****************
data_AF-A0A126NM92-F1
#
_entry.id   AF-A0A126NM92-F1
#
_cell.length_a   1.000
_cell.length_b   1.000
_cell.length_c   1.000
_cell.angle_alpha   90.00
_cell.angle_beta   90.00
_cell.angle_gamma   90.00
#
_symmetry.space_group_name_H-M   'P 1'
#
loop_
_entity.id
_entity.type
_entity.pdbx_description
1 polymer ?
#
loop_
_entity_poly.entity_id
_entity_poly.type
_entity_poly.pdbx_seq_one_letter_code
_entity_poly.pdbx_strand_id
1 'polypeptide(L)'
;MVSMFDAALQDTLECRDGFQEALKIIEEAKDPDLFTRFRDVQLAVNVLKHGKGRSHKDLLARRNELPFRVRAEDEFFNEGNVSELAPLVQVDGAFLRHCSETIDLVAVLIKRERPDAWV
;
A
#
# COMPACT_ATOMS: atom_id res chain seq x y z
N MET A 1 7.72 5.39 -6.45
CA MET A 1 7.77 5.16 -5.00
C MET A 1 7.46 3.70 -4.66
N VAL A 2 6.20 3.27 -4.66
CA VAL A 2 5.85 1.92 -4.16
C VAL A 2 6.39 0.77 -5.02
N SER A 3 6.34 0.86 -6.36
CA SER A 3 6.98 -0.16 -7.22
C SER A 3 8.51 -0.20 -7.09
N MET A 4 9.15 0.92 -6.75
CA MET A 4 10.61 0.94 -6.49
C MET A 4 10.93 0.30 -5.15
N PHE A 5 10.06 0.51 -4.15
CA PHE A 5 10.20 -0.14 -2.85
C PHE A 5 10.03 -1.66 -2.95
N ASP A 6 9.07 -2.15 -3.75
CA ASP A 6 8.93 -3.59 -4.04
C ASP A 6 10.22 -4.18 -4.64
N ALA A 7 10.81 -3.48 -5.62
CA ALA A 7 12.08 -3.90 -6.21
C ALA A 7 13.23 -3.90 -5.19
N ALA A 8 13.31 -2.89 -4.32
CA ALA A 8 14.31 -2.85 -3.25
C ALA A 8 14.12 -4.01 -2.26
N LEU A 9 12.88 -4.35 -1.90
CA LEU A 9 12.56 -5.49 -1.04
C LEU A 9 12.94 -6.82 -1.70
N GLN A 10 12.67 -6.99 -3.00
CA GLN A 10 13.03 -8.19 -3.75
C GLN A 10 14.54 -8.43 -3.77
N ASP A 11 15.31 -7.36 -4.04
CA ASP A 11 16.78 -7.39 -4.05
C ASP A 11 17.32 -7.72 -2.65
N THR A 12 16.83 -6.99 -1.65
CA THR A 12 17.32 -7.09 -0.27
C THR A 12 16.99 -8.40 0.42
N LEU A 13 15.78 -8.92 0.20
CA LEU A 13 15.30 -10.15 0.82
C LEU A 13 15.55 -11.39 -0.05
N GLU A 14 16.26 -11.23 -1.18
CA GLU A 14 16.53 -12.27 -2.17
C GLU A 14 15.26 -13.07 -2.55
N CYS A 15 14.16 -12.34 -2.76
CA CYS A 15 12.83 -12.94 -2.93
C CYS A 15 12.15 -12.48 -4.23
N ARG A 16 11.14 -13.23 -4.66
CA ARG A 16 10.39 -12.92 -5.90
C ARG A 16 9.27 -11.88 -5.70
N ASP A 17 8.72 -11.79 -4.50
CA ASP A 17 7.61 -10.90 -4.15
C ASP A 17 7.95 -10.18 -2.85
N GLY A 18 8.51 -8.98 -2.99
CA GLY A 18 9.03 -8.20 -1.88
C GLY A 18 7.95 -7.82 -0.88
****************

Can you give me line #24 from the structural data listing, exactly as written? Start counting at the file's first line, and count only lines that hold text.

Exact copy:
_entity_poly.pdbx_strand_id